Manufacturability is very important, and of course so is cost. If current methods are good enough, then that is surely fine. But with optimization you can least explore the solution space more freely, and adapt the findings to current manufacturing methods. I thought it was a good example to merge academia with industry, which is what I am all about.
The structural design of the basket is, interestingly, not only for acoustic performance. There is a COSMOL Conference (2017) presentation by Sonos that discussed improving the strength of the basket to minimize structural failures during handling and transportation. Imagine having a 20 lb magnet hanging off the basket, and the speaker is bouncing around in a truck running over potholes, or getting dropped onto the pavement at the loading dock.
https://www.comsol.com/blogs/keynote-video-using-simulation-to-develop-reliable-audio-transducers/
 
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René - Acculution.com

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The structural design of the basket is, interestingly, not only for acoustic performance. There is a COSMOL Conference (2017) presentation by Sonos that discussed improving the strength of the basket to minimize structural failures during handling and transportation. Imagine having a 20 lb magnet hanging off the basket, and the speaker is bouncing around in a truck running over potholes, or getting dropped onto the pavement at the loading dock.
https://www.comsol.com/blogs/keynote-video-using-simulation-to-develop-reliable-audio-transducers/
Very good point. A lot of these practical points are just as, if not more, important than the aspects discussed here. In the hearing aid industry there are tons of issues with leakages, nanocoating getting into the microphones, and other problems that delay productions, and the impact is much bigger than squeezing 0.1 dB performance in the acoustics. And microphones can be great on paper and even after production, and then you fly them somewhere, and the all break because there is no pressure equalization hole in them, so again, you need to look broad within these aspects.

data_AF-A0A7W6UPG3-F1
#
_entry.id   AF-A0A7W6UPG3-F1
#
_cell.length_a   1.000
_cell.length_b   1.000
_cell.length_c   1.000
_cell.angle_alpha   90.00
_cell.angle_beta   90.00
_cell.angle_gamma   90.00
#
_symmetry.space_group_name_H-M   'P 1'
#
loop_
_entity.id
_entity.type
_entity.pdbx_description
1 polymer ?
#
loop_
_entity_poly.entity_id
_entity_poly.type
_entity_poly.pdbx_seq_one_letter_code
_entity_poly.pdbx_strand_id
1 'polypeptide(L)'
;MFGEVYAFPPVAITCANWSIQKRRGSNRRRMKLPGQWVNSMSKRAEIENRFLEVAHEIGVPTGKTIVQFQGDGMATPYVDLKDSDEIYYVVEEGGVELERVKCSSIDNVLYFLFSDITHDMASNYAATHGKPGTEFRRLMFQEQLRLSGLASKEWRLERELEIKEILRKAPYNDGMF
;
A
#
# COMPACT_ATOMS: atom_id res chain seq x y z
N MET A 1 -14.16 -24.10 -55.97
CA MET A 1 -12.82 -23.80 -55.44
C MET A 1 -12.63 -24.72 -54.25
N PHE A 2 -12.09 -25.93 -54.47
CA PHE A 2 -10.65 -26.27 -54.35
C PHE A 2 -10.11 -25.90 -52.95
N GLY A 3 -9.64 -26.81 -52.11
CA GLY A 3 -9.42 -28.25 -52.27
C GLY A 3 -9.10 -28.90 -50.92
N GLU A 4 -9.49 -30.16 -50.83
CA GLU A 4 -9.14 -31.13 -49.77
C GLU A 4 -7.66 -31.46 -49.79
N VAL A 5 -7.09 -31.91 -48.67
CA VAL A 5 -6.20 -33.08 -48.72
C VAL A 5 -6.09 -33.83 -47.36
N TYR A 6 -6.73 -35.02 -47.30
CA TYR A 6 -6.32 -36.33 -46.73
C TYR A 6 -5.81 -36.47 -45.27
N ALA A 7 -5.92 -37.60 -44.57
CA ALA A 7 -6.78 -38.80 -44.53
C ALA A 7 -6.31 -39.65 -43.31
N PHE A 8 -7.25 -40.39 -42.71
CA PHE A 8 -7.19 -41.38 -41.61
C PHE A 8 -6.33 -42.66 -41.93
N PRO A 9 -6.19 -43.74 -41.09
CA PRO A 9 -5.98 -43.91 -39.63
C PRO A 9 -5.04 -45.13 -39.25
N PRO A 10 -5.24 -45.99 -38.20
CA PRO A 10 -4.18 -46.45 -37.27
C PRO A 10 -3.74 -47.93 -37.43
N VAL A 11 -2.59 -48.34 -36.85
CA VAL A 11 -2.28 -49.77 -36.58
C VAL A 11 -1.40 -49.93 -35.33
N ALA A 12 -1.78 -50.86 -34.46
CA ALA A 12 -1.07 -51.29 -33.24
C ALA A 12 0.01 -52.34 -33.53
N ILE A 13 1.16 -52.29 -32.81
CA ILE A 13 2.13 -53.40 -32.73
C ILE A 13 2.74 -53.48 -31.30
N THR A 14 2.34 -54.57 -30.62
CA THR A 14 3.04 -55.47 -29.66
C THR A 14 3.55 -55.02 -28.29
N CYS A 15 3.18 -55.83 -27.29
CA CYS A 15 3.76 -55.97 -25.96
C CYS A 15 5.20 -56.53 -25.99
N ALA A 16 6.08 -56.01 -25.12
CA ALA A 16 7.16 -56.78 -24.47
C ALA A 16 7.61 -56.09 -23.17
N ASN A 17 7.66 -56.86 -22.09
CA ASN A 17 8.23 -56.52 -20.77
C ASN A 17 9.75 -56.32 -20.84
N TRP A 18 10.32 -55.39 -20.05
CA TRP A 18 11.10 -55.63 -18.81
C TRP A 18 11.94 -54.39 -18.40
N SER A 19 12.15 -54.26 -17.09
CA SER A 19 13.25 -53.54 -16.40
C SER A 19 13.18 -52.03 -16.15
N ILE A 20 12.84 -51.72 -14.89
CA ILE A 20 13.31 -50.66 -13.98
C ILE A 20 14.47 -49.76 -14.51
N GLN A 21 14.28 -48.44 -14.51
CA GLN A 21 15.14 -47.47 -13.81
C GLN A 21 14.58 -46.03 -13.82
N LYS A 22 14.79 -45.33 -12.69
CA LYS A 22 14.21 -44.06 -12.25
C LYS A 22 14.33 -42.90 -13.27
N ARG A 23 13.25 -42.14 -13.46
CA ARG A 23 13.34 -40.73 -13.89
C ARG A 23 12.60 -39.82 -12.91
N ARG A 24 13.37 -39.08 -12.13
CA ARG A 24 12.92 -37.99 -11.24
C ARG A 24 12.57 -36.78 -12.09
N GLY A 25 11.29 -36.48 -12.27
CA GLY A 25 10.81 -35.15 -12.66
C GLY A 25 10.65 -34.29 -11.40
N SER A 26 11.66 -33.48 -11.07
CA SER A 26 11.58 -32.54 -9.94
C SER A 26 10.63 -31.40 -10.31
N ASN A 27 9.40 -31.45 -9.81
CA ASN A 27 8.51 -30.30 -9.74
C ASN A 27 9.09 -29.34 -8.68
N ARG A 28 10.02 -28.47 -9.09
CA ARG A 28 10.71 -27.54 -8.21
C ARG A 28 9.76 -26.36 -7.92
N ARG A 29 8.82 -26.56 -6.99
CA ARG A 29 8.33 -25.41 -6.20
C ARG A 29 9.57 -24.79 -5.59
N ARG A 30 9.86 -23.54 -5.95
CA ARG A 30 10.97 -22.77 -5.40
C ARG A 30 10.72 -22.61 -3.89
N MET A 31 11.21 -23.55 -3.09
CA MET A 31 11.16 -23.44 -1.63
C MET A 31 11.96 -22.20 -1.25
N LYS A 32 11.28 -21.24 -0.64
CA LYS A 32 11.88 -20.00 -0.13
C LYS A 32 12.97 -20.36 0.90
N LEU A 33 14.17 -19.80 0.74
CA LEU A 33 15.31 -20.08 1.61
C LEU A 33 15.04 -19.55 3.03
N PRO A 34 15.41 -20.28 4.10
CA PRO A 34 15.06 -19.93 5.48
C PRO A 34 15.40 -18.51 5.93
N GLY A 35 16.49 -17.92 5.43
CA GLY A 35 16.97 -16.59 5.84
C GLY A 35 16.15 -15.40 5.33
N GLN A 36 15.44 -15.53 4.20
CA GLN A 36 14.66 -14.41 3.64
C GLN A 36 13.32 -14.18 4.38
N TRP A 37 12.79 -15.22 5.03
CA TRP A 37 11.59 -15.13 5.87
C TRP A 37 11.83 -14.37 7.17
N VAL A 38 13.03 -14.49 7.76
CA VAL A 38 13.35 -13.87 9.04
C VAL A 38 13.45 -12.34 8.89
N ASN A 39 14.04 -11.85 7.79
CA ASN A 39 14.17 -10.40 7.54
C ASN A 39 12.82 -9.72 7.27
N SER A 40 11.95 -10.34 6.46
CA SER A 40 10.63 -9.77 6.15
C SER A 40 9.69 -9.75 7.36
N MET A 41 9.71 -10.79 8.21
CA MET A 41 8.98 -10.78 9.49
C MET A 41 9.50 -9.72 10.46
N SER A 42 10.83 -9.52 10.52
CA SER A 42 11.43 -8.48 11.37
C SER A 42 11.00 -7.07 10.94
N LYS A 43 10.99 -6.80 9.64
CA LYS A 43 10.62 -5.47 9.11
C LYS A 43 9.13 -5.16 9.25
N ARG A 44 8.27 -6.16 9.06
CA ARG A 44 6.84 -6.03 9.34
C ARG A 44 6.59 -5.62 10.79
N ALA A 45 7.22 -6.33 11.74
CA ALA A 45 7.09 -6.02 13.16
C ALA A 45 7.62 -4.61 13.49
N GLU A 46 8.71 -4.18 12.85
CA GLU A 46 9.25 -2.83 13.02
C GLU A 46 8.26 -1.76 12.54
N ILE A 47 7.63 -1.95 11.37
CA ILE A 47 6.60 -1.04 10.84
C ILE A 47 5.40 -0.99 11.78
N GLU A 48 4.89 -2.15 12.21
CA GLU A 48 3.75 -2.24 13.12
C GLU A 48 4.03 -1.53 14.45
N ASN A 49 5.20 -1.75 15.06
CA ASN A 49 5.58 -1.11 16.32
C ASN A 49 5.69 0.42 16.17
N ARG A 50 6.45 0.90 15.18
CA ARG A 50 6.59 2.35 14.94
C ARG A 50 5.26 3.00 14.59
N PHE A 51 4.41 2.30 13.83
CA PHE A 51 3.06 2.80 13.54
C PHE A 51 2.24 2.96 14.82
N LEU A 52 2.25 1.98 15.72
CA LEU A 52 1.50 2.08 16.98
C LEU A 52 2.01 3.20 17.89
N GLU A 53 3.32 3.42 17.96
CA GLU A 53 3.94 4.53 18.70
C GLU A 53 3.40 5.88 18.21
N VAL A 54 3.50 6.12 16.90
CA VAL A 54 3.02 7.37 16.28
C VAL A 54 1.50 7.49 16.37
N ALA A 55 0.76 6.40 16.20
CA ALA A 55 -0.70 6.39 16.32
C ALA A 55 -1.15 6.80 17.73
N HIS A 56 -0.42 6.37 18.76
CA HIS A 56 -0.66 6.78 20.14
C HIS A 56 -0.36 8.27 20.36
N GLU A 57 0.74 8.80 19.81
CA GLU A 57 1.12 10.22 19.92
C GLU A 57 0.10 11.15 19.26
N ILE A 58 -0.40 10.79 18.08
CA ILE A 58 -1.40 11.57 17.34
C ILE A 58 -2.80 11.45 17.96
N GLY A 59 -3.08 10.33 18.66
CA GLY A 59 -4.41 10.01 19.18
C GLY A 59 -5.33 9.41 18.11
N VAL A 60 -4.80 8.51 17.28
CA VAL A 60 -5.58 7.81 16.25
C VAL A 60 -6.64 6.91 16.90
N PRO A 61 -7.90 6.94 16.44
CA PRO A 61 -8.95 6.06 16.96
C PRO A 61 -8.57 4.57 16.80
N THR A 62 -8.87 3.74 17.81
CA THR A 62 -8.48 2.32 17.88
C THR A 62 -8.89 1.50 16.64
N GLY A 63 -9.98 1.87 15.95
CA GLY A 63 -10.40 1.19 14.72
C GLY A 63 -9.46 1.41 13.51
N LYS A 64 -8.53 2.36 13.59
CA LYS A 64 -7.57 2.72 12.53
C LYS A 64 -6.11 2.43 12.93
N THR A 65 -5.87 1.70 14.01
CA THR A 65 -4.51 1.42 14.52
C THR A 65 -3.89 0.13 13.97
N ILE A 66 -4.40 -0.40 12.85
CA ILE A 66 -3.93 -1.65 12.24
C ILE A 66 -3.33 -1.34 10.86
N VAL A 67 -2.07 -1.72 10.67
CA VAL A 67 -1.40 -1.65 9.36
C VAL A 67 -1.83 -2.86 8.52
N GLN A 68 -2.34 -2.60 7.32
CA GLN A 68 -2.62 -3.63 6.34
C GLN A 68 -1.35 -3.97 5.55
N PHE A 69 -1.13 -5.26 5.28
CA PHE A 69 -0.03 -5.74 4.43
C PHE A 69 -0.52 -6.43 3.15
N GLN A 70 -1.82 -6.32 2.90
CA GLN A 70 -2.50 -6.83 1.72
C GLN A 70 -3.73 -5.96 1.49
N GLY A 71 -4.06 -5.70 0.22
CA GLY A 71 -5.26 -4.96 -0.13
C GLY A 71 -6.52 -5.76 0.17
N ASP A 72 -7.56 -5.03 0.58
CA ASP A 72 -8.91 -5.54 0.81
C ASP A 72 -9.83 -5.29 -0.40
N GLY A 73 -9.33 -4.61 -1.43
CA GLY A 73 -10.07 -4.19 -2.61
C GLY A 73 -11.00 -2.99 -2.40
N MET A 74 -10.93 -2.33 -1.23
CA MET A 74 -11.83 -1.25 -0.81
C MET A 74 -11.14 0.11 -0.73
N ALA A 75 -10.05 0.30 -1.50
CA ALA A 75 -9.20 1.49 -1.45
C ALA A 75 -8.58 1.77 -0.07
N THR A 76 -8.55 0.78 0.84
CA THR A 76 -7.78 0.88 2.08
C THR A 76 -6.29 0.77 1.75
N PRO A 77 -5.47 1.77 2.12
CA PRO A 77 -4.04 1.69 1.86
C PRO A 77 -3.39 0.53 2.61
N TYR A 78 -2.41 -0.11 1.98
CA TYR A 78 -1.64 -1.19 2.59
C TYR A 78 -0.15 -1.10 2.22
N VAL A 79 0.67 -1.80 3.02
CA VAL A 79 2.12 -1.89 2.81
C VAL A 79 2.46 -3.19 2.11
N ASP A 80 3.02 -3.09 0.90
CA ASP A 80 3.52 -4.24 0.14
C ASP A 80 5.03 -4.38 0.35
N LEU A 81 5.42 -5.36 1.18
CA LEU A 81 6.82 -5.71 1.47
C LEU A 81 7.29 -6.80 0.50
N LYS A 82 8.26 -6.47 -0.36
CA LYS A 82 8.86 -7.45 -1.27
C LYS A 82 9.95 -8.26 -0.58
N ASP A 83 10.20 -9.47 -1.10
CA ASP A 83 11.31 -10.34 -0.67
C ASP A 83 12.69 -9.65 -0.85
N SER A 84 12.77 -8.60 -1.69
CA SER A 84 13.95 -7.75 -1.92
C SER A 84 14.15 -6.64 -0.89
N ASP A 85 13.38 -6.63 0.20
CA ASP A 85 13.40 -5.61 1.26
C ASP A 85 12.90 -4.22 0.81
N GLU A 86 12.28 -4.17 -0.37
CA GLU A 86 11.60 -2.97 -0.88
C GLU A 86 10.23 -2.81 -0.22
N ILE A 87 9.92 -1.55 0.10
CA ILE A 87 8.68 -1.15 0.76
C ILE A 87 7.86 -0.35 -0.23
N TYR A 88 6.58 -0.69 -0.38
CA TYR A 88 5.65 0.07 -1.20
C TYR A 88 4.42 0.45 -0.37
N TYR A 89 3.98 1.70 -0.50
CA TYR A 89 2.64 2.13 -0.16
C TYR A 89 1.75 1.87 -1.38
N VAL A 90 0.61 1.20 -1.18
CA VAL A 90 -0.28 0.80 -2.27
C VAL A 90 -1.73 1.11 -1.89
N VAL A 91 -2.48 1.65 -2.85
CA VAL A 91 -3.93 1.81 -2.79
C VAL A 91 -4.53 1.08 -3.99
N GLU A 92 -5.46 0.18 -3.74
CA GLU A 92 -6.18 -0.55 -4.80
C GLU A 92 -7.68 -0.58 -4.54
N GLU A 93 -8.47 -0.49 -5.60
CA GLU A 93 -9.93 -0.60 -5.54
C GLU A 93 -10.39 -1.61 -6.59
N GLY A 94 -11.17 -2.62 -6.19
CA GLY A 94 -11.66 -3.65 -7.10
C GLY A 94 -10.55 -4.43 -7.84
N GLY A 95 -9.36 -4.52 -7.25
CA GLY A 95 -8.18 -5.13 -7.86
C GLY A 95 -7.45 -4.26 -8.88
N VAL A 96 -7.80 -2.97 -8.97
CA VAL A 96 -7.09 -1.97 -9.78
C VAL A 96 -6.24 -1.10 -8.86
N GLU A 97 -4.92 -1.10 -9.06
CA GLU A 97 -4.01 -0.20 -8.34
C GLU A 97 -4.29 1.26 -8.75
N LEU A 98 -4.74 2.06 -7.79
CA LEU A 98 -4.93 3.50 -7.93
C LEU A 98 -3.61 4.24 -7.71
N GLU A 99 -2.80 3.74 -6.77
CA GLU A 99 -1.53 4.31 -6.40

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This is so fascinating, I look forward to your future posts.

I've been searching the web for COMSOL tutorials regarding loudspeaker design. So far there is not much out there (aside from a few research papers).
 

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This is excellent work, I hope driver OEM's all adopt driver CAD so that the quality goes up across the board. Highly optimized woofers like the Purifi models exist but the price leaves them less accessible.
 
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René - Acculution.com

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This is so fascinating, I look forward to your future posts.

I've been searching the web for COMSOL tutorials regarding loudspeaker design. So far there is not much out there (aside from a few research papers).
Thanks a lot. COMSOL has some good application cases on how to model loudspeakers, but the design side of things is up to the manufactures.
 
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René - Acculution.com

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This is excellent work, I hope driver OEM's all adopt driver CAD so that the quality goes up across the board. Highly optimized woofers like the Purifi models exist but the price leaves them less accessible.
Thank you. The CAD is just the first step, they need to have the simulation software and proper skillsets to set up the model. If they were to spend the amount of time that Purifi puts into their drivers, prices would go up accordingly. Going with a consultant could be a good approach for OEM companies.
 

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@René - Acculution.com, I just went to all the avaliable material on your blog/website and I'm deeply impressed. Acoustic demultiplexer, cloaking, mode conversion, ..., wow! One can only imagine the implications of this.